The second one said, “They’re as tasty as can be.”
The third one said, “Oh they’re almost gone.”
The fourth one said, “Then we’d better move on.”
The fifth one said, “Come on, let’s fly!”
So they opened up their wings and they flew through the sky.

Ladybug in the Air

I saw a little lady bug go flying in the air,

But when I tried to catch her, two bugs were there.

Two little lady bugs flew up to a tree,

I tiptoed very quietly, but then there were three.

Three little lady bugs, looking for one more,

I saw one sitting on the ground, and that makes four.

Four little lady bugs, another to arrive,

I saw one landing on a flower, and that made five!

Five little lady bugs all red with black spots too,

I clapped my hands and away they all flew!

Six Hungry Ladybugs

by  Heather Tekavec


Six hungry ladybugs climbing up a tree,
Six hungry ladybugs, can’t you see?

The first one ate just one leaf, soft and green.
The second one ate two leaves, shiny and clean.

The third one ate three leaves, enough to fill her tummy.
The fourth one ate four leaves, every one was yummy.

The fifth one ate five leaves, it took him all day long.
The sixth one ate six leaves, and then the leaves were gone!



Three Little Ladybugs

One little ladybug (hold up one finger)
With spots on its wings,
Landed right beside me (tap sides)
As I played on the swings. (sway forward and backward)
Two little Lady Bugs (hold up two fingers)
Flew around a flower, (move two fingers in a circle)
Then crawled beneath a leaf  (children cup one hand over two fingers)
To nap for half an hour.  (children lay their heads on their hands)

 
 

                                               Ladybug Love

Our first ladybug game we played was roll n’ count. My babes rolled the dice, then put the rolled number of ladybugs near their initial on the pocket chart. As you can see, they just kept rolling & counting:

Next we did some ladybug interactive dot counting games with our flannelboard. First I made a large ladybug tagboard master pattern, then using a pencil, traced each piece according  to its count (10 dots, 6 legs, 1 head & 1 body) onto a pre-cut milk filter sheet. Next, I traced each piece with a black Sharpie marker, then colored the appropriate color (black or red) in its proper space. Finally, I glued the head and legs onto the body and let it dry. For added fun, I glue gunned red wiggle eyes on the head in their appropriate place. Then let the fun begin:

While working on our ladybug dots flannelboard, we did the following Ladybug Rhymes & Poems:

Ladybug Lost Her Dots

Little Ladybug on the ground
Doesn’t make a sound.
Looking for her ten black dots
She lost them on the ground.


One black dot
Two black dots
Three block dots
And four.


Five black dots
Six black dots
She’s looking for some more.


Seven black dots
Eight black dots
Nine black dots 
And ten.


The ladybug who lost her dots has found them all again!

Little Red Bug

by Susan M. Paprocki

Little red bug, oh so cute,

Here’s a black spot for your suit.

Now you go and have some fun

With your spot, your very first one.

Little red bug, oh so cute,

Here’s a black spot for your suit.

It’s so nice to own a few,

So enjoy these lovely two.

Little red bug, oh so cute,

Here’s a black spot for your suit.

We are very pleased to see

How nice you look with all three.

Little red bug, oh so cute,

Here’s a black spot for your suit.

You might feel that you need more,

So we proudly give you four.

Little red bug, oh so cute,

Here’s a black spot for your suit.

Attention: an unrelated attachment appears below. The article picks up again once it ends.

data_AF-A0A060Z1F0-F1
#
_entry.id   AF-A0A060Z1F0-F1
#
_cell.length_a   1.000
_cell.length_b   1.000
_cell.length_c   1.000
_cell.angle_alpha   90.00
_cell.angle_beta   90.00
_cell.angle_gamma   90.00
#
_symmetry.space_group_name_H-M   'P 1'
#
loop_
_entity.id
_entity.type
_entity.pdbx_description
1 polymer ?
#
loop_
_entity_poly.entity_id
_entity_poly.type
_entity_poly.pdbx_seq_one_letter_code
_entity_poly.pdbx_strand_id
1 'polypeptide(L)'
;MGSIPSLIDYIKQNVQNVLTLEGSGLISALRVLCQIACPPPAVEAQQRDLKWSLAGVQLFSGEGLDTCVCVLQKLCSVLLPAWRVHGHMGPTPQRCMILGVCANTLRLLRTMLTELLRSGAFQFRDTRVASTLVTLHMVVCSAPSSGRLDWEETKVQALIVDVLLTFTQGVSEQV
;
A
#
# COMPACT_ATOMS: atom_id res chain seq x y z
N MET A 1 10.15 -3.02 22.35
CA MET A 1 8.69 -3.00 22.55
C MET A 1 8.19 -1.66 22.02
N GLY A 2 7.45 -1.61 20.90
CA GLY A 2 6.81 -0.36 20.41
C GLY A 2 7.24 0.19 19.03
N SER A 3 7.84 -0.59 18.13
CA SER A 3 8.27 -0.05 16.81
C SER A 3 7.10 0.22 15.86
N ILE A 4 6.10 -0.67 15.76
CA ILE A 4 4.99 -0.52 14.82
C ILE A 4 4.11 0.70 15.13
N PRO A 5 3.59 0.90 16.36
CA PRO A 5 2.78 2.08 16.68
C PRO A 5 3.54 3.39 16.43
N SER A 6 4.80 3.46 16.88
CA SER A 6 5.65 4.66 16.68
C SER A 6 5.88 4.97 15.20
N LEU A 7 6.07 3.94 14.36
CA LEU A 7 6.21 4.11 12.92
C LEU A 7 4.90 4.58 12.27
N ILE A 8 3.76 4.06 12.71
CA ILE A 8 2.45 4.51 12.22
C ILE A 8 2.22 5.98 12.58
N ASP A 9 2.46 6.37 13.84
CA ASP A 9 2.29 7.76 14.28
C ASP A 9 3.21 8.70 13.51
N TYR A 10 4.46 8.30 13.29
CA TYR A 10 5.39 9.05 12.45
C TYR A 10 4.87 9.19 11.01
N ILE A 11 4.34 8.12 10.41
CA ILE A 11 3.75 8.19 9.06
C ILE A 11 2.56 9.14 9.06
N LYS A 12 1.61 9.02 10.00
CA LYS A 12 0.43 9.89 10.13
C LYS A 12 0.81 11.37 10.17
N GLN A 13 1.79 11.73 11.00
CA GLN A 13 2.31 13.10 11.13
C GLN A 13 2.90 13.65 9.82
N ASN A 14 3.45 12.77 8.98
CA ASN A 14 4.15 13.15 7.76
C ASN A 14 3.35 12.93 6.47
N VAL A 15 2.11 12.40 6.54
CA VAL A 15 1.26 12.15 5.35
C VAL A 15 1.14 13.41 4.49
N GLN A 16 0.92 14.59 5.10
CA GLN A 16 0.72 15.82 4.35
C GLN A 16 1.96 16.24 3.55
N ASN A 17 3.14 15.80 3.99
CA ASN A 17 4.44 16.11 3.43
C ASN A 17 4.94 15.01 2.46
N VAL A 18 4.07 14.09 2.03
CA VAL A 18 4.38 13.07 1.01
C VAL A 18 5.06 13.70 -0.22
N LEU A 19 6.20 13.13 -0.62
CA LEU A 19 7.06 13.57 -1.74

Heaven, heaven, sakes alive,

Look at you, you’re wearing five!

Ladybug Has Spots

Sing to: The Muffin Man 

Ladybug has 1 black spot,
1 black spot, 1 black spot.
Ladybug has 1 black spot,
Pretty ladybug!

Repeat with 2, 3, 4, etc…

You can do the above activity with your babes using our FREEBIE Ladybug Dot Counting Flannelboard Activity Pattern from our Teacher’s Notebook Shop: 


Here is the link for the milk filters I use to make these bodaciously fun interactive flannelboard activities. (Keep in mind you will have to pre-cut these filters into 8 1/2″  X 11″ sheets for printing):


If you do NOT have any red wiggle eyes, you can get some from Amazon:

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Then we did some ladybug dot count number matching on our flannelboard. I placed different dot count ladybugs on the table along with flannel numbers. Each child chose a ladybug, counted the dots and found its corresponding number. We also used our sliding number lines to find the number in rote:


You can make your own Ladybug Dot Number Matching Game with our FREEBIE printable from our Teacher’s Notebook Store:

AKGVH Ladybug Dot Number Matching Game


If you do NOT have any felt numbers, you can get some on Amazon:

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DIG this adorable Beginners Felt Counting Set you can use with other units as well:

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While I could not find the exact slide-n-learn number lines that we have (apparently they have been discontinued) I did find these frog themed slide-n-learn’s from Really Good Stuff:

 

or maybe these from Lakeshore interest you: 

  

We also did a pocket chart ladybugs on leaves counting game.

They LOVE it!!!

You can get this game to do with your babes from Making Learning Fun:   


Here is a quick ladybug craft we did some years past when Julian & Sierra were little.

Made from a paper bowl and small paper plate for the wings, these easy to paint & assemble ladybugs have survived the test of time. Every year I put them away in my Spring storage bin until the next Spring and now my grandbabes enjoy them when we study ladybugs:



Well, we hope you enjoyed trippin’ the ladybug scene with us thus far. If you have not as of yet visited our Ladybug Love Activities & FREEBIES Part 1, once again, here is a quick link for your convenience: 

See you next time on Part 3 of our Ladybug Love Activities & FREEBIES! 

Ladybug Love Activities and Freebies Part 3